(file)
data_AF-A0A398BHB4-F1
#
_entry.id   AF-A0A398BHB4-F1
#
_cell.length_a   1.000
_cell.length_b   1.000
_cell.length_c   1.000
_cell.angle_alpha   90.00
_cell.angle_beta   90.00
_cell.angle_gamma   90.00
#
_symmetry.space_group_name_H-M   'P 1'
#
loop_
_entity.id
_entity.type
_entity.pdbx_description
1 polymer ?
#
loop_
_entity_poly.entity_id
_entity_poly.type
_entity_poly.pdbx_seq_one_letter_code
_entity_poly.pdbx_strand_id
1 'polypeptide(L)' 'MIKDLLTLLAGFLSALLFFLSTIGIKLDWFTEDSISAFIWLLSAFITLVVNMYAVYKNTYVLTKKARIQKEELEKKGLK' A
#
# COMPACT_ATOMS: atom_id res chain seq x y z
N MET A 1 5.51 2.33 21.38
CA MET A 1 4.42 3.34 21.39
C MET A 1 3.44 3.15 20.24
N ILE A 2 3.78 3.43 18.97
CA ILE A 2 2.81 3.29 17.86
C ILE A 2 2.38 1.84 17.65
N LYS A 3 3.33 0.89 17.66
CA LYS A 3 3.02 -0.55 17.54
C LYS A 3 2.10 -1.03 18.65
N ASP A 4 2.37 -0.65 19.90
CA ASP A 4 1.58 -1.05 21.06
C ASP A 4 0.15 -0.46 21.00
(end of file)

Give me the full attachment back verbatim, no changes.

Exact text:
data_AF-A0A398BHB4-F1
#
_entry.id   AF-A0A398BHB4-F1
#
_cell.length_a   1.000
_cell.length_b   1.000
_cell.length_c   1.000
_cell.angle_alpha   90.00
_cell.angle_beta   90.00
_cell.angle_gamma   90.00
#
_symmetry.space_group_name_H-M   'P 1'
#
loop_
_entity.id
_entity.type
_entity.pdbx_description
1 polymer ?
#
loop_
_entity_poly.entity_id
_entity_poly.type
_entity_poly.pdbx_seq_one_letter_code
_entity_poly.pdbx_strand_id
1 'polypeptide(L)' 'MIKDLLTLLAGFLSALLFFLSTIGIKLDWFTEDSISAFIWLLSAFITLVVNMYAVYKNTYVLTKKARIQKEELEKKGLK' A
#
# COMPACT_ATOMS: atom_id res chain seq x y z
N MET A 1 5.51 2.33 21.38
CA MET A 1 4.42 3.34 21.39
C MET A 1 3.44 3.15 20.24
N ILE A 2 3.78 3.43 18.97
CA ILE A 2 2.81 3.29 17.86
C ILE A 2 2.38 1.84 17.65
N LYS A 3 3.33 0.89 17.66
CA LYS A 3 3.02 -0.55 17.54
C LYS A 3 2.10 -1.03 18.65
N ASP A 4 2.37 -0.65 19.90
CA ASP A 4 1.58 -1.05 21.06
C ASP A 4 0.15 -0.46 21.00